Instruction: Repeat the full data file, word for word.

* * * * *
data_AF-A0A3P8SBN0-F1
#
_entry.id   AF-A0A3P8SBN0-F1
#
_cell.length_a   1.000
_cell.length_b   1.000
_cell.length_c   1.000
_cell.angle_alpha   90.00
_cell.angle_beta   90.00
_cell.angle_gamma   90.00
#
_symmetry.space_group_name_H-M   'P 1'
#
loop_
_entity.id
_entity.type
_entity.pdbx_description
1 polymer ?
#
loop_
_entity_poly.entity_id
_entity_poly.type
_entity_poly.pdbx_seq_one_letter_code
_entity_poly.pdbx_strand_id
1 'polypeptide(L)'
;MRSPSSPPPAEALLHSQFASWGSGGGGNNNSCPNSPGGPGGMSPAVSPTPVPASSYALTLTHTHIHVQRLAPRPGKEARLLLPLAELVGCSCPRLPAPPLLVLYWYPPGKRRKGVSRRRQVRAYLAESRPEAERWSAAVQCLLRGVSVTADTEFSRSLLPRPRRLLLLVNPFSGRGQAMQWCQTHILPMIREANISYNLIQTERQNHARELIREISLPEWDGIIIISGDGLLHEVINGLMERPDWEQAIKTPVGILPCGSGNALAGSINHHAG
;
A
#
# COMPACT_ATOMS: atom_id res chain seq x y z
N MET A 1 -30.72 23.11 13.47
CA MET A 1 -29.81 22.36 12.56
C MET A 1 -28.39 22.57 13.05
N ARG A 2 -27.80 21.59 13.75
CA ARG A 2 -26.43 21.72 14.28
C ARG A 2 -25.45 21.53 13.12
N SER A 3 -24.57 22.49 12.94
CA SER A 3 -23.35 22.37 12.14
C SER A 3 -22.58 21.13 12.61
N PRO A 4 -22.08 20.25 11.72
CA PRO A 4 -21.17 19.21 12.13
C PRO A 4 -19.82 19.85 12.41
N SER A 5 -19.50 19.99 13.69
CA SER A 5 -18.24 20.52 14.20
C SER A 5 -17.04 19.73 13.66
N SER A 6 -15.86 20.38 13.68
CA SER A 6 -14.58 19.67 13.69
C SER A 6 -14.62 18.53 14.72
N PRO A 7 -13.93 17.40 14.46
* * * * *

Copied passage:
data_AF-A0A3P8SBN0-F1
#
_entry.id   AF-A0A3P8SBN0-F1
#
_cell.length_a   1.000
_cell.length_b   1.000
_cell.length_c   1.000
_cell.angle_alpha   90.00
_cell.angle_beta   90.00
_cell.angle_gamma   90.00
#
_symmetry.space_group_name_H-M   'P 1'
#
loop_
_entity.id
_entity.type
_entity.pdbx_description
1 polymer ?
#
loop_
_entity_poly.entity_id
_entity_poly.type
_entity_poly.pdbx_seq_one_letter_code
_entity_poly.pdbx_strand_id
1 'polypeptide(L)'
;MRSPSSPPPAEALLHSQFASWGSGGGGNNNSCPNSPGGPGGMSPAVSPTPVPASSYALTLTHTHIHVQRLAPRPGKEARLLLPLAELVGCSCPRLPAPPLLVLYWYPPGKRRKGVSRRRQVRAYLAESRPEAERWSAAVQCLLRGVSVTADTEFSRSLLPRPRRLLLLVNPFSGRGQAMQWCQTHILPMIREANISYNLIQTERQNHARELIREISLPEWDGIIIISGDGLLHEVINGLMERPDWEQAIKTPVGILPCGSGNALAGSINHHAG
;
A
#
# COMPACT_ATOMS: atom_id res chain seq x y z
N MET A 1 -30.72 23.11 13.47
CA MET A 1 -29.81 22.36 12.56
C MET A 1 -28.39 22.57 13.05
N ARG A 2 -27.80 21.59 13.75
CA ARG A 2 -26.43 21.72 14.28
C ARG A 2 -25.45 21.53 13.12
N SER A 3 -24.57 22.49 12.94
CA SER A 3 -23.35 22.37 12.14
C SER A 3 -22.58 21.13 12.61
N PRO A 4 -22.08 20.25 11.72
CA PRO A 4 -21.17 19.21 12.13
C PRO A 4 -19.82 19.85 12.41
N SER A 5 -19.50 19.99 13.69
CA SER A 5 -18.24 20.52 14.20
C SER A 5 -17.04 19.73 13.66
N SER A 6 -15.86 20.38 13.68
CA SER A 6 -14.58 19.67 13.69
C SER A 6 -14.62 18.53 14.72
N PRO A 7 -13.93 17.40 14.46